Thirty years later, I’ve covered more than 800 contiguous miles through four states. On my recent reflective journey, I rambled along one of my backyard hikes along the Tennessee/North Carolina border. During my two-hour adventure, I ran through an open meadow adorning Turks Cap Lily, Wild Bergamot, Queen Anne’s Lace and Great Lobelia. A rufous-side towhee sang in the thicket, and a ruby-throated hummingbird hovered above.

turks

Even though it was early August, I could detect the early signs of a changing season. At 4,000 feet above sea level, the constant breeze revealed the sizzling sound of drying leaves. Birch and cherry trees began to turn, and their yellow leaves littered the ground beneath them. Earlier in my run, I had seen bear scat chock-full of cherry pits, their fruit providing the mammals with one of summer’s last natural sweet treats. Food becomes scarce for bears between the berry and mast season. During this transition, bear sightings in backyards become more common as they search for convenient food sources such as bird feeders and trash cans.

Whether I’m on the trail for a couple of hours or a few weeks, the AT always treats me well. After all, the trail, whose path travels through 14 states, ultimately led me to my 25-years-and-counting side trip to Asheville. Like many others, I find the journey more interesting than the destination. But sooner or later, we all have to settle down long enough to generate funds for our next great adventure, build an abode, raise a family or grow a garden.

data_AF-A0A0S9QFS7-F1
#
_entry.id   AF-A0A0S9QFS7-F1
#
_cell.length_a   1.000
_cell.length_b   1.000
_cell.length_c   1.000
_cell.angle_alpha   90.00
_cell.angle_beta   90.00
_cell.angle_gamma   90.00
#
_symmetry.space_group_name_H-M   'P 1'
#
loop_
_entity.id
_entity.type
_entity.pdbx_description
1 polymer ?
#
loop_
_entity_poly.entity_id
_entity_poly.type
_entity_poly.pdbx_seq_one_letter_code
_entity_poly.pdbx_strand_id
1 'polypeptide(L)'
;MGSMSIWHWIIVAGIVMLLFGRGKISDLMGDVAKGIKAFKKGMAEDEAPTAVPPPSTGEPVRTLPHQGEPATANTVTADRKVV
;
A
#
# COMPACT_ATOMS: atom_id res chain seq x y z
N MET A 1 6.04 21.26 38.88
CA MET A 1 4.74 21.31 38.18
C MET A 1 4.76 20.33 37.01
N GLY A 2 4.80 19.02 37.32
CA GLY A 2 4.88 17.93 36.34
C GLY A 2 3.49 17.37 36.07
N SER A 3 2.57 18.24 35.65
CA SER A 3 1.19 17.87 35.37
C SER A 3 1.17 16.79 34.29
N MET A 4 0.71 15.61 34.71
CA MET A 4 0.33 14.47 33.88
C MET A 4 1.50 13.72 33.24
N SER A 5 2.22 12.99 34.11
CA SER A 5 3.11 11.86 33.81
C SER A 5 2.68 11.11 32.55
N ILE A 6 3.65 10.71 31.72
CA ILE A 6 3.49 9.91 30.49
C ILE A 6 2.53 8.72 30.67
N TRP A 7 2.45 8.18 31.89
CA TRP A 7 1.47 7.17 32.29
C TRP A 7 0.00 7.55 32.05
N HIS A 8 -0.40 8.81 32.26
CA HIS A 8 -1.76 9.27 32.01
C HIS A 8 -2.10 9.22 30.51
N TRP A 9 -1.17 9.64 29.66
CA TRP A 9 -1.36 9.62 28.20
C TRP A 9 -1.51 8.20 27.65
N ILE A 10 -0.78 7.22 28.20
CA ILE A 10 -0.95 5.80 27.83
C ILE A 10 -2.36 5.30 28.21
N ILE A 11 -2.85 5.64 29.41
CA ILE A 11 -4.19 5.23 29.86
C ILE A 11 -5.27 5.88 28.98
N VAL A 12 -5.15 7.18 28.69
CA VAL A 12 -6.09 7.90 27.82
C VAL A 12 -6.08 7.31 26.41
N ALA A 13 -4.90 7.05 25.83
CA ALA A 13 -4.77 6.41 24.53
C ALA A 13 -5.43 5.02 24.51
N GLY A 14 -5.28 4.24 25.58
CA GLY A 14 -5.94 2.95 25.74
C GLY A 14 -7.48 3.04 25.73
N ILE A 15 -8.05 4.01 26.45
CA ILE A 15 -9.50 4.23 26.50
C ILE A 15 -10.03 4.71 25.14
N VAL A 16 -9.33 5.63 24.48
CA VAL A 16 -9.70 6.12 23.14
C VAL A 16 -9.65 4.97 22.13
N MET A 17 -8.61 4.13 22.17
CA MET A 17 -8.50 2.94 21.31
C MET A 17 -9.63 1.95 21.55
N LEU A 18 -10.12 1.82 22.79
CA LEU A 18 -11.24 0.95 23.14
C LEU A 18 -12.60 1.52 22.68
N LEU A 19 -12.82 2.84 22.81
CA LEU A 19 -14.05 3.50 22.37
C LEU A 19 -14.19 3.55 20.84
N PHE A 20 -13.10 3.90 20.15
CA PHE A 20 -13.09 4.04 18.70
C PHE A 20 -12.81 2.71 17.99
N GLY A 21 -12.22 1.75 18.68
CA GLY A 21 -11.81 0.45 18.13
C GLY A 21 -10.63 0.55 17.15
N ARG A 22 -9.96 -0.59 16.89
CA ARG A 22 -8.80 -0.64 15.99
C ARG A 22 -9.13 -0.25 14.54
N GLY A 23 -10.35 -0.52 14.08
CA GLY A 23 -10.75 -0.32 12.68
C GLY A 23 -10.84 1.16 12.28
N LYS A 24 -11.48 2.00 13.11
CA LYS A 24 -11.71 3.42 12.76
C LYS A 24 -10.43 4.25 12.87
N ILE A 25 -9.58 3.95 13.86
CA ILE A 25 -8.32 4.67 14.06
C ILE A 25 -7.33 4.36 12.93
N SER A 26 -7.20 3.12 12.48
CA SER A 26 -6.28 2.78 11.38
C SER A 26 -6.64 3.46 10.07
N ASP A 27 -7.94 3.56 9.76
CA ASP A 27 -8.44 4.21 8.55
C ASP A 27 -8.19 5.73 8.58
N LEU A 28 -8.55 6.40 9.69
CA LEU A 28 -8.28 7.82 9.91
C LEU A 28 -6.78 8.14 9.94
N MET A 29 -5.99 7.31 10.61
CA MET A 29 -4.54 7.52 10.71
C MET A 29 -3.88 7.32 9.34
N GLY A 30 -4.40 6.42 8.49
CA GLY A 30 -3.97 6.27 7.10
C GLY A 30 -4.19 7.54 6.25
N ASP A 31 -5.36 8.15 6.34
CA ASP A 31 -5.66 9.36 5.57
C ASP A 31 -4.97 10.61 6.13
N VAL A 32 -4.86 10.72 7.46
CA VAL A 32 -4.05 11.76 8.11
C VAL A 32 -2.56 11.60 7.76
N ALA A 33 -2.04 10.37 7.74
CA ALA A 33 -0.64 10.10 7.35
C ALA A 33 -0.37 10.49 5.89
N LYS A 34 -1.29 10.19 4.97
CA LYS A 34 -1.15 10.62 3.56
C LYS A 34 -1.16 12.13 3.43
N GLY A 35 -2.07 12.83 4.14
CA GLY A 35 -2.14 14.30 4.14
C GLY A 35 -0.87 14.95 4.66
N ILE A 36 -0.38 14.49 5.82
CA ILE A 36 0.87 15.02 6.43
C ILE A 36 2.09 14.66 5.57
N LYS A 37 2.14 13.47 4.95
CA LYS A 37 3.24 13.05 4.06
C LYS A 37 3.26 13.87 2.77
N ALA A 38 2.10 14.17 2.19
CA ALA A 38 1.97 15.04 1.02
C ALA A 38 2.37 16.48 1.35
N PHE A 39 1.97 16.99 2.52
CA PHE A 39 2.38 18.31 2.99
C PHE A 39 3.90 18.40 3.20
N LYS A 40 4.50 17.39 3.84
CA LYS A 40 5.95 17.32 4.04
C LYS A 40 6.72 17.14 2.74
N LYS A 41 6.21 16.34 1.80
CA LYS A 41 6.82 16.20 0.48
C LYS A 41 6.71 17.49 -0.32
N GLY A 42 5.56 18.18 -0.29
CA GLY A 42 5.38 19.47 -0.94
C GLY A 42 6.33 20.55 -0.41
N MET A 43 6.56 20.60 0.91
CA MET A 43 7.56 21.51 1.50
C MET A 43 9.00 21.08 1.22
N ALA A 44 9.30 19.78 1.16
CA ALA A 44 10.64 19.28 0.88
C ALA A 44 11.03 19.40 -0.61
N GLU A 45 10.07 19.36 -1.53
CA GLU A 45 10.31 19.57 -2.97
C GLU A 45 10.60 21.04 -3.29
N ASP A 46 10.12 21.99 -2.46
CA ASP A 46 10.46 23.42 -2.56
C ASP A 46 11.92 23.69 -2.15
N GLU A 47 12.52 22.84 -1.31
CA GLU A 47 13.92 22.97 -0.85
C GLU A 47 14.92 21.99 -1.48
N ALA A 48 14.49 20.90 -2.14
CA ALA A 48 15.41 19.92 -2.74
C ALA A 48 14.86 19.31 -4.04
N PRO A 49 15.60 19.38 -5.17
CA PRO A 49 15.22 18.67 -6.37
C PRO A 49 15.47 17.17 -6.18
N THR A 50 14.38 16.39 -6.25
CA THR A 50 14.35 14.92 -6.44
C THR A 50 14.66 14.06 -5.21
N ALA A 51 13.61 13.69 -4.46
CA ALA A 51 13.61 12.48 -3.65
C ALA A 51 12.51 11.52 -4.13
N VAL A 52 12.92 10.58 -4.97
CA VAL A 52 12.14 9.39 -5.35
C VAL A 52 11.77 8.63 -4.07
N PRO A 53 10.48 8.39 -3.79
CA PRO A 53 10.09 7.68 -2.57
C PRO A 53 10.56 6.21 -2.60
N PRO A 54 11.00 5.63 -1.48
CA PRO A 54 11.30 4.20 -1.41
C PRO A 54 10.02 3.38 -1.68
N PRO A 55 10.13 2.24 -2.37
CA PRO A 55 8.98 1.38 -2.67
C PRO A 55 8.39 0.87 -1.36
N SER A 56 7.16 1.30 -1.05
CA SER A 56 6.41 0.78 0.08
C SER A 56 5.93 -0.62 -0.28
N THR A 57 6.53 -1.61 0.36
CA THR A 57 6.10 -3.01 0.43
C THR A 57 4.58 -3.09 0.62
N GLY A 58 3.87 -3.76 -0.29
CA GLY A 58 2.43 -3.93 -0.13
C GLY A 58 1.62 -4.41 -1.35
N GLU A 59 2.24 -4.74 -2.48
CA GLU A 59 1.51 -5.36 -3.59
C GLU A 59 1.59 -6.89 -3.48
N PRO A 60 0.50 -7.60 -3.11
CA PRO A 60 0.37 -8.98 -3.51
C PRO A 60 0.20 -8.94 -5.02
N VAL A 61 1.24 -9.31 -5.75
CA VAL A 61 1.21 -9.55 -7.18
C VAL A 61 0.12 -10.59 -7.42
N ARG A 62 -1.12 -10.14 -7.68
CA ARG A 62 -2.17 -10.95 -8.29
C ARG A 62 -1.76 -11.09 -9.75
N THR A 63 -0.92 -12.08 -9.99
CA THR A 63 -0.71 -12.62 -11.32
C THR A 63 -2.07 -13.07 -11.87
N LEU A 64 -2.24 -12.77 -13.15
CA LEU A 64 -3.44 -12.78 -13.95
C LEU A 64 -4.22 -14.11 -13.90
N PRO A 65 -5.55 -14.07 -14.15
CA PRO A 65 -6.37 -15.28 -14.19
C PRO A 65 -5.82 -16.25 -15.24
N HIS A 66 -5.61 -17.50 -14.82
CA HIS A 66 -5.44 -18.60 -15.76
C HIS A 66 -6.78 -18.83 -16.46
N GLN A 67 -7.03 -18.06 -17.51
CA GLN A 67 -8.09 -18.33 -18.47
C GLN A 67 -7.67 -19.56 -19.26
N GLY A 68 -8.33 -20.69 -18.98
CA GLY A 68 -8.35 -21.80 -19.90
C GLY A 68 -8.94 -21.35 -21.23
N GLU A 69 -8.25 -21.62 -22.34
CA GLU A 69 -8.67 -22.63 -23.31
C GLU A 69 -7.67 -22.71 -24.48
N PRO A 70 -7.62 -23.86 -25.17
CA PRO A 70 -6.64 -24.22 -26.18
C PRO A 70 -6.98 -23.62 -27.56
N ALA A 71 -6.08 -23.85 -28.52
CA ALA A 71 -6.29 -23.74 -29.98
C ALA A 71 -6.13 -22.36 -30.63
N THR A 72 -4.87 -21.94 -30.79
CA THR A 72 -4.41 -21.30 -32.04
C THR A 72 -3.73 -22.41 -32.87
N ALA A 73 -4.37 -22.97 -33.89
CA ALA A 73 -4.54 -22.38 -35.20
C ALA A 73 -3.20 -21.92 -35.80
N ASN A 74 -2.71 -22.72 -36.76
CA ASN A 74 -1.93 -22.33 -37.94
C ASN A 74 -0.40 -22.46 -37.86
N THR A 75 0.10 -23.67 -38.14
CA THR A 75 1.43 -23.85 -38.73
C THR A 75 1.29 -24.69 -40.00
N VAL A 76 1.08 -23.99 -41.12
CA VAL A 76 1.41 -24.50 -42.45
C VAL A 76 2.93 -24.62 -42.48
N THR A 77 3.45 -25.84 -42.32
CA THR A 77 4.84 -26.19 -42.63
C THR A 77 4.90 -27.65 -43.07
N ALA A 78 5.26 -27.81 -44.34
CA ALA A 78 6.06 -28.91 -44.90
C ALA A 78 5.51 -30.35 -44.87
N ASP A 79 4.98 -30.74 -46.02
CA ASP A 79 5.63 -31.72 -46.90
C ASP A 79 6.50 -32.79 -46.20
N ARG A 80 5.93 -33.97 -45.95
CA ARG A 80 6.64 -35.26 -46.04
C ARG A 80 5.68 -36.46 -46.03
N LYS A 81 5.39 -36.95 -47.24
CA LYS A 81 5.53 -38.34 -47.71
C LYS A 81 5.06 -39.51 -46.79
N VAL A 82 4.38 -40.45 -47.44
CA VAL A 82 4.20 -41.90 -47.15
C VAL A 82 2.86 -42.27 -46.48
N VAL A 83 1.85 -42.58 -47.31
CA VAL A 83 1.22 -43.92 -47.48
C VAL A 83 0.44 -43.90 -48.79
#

Next month, Asheville Pocket Guide is introducing an exciting series entitled The Backstory. We’ll share the entertaining lives and stories of others who have landed in Asheville after a life-changing adventure, personal quest or an intriguing cross-cultural experience. In some cases, these sensational exposures and experiences have inspired local Ashevillians to open up boutique nurseries, outdoor adventure businesses and exotic teahouses. Others have committed their lives to making a difference in the region they live in. Some have become community leaders, directors of nonprofits or successful professionals in their field. What they all share is a vagabonding spirit and a deep-rooted sense of adventure. Come join us for these fireside chats, storefront discussions and heartfelt testimonials.

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Birding in the Citay!

Urban parks and open spaces provide convenient bird watching opportunities.

Urban parks provide convenient bird watching opportunities.

Some of the best year-round birding in the area can be found just two miles north of the heart of downtown Asheville. The Elisha Mitchell Audubon Society’s Beaver Lake Bird Sanctuary is located on Merrimon Avenue at the southern end of Beaver Lake. A lot of different habitat packed into a little over eight acres offers the chance for a lot of diversity within a small area.